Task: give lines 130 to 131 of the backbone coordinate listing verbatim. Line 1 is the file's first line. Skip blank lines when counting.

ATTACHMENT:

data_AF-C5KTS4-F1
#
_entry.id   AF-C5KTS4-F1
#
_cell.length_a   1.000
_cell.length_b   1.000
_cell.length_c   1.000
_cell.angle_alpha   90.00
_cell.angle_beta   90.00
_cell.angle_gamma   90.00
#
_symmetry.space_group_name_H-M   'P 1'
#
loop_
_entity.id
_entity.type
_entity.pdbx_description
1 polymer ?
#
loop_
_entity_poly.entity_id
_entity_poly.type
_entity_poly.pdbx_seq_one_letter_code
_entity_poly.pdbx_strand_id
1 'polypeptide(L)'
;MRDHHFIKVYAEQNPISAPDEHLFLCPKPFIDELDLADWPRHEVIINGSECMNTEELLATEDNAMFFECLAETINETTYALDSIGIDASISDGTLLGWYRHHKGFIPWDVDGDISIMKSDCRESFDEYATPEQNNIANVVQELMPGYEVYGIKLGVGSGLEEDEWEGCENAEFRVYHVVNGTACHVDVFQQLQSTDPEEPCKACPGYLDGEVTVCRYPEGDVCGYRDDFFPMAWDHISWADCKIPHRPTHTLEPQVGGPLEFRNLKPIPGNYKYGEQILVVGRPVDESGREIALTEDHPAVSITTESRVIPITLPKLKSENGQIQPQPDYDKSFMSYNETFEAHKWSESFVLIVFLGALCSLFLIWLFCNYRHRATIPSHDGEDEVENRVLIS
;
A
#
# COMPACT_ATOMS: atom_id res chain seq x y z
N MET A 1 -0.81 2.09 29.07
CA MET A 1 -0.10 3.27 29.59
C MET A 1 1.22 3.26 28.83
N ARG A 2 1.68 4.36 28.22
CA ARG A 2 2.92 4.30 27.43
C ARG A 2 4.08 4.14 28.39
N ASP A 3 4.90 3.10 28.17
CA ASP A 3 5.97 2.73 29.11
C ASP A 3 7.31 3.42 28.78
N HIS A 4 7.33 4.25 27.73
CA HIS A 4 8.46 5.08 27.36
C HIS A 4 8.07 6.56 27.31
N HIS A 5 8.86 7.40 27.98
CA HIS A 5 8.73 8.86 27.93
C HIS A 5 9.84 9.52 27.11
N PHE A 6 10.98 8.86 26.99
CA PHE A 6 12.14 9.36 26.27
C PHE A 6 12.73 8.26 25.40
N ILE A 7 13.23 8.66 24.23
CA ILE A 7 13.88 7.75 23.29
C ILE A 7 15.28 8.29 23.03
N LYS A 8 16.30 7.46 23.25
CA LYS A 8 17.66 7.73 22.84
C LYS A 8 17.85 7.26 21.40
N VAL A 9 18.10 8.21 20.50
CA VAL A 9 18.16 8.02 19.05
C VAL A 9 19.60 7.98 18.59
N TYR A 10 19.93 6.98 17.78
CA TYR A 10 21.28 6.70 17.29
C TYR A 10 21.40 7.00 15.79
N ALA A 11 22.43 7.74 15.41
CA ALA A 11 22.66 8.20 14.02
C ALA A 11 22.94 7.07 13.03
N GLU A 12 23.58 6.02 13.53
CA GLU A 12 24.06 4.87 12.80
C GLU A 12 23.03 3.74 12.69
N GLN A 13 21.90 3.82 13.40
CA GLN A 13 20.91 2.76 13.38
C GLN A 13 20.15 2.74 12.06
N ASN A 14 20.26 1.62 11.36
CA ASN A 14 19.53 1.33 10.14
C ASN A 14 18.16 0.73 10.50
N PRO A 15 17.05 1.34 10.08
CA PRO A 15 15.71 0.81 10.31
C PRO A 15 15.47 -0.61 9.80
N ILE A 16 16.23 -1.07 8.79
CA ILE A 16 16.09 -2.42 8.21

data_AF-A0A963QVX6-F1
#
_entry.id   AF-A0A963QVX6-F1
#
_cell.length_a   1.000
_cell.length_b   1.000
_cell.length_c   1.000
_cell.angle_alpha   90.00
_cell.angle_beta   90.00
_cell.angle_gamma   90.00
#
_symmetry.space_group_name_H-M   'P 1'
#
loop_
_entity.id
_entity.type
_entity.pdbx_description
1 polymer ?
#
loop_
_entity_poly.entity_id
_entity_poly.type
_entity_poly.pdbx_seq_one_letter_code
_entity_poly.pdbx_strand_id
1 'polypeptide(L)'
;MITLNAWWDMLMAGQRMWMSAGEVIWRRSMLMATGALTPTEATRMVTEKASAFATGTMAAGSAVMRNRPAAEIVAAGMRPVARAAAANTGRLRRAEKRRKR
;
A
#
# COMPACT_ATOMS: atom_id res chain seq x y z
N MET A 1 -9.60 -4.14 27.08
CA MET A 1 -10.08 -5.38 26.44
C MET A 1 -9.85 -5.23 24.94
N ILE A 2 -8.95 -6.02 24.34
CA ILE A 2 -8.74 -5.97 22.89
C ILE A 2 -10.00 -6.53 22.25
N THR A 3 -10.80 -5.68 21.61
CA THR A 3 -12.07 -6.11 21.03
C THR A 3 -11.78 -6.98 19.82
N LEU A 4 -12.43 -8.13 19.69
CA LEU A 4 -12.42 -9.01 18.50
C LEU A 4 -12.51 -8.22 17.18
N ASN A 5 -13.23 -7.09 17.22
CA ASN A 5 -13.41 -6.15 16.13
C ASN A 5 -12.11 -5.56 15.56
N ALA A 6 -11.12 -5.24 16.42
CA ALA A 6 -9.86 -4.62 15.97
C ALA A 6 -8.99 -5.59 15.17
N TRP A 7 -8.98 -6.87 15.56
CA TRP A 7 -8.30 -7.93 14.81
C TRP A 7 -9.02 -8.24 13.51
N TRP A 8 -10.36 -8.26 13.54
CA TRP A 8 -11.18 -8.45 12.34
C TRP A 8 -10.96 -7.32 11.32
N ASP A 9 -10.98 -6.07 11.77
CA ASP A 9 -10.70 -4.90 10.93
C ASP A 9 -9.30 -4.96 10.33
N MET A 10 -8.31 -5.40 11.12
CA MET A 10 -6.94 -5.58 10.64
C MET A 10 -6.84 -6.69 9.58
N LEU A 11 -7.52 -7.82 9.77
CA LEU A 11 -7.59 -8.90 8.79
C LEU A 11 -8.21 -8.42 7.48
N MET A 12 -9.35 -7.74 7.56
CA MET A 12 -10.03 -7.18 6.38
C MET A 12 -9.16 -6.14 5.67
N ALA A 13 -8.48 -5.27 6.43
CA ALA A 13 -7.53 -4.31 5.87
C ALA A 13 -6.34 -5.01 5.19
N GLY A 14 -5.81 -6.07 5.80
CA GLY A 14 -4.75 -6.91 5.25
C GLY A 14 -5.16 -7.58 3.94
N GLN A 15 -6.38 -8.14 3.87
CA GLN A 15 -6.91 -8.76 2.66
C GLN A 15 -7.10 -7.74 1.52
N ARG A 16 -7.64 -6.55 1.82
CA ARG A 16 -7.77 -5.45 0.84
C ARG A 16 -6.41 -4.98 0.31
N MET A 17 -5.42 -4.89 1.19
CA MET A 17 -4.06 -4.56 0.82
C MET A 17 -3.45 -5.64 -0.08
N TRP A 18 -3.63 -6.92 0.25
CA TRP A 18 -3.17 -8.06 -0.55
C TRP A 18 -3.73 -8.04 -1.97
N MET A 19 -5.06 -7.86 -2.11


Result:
CA TRP A 8 -11.18 -8.45 12.34
C TRP A 8 -10.96 -7.32 11.32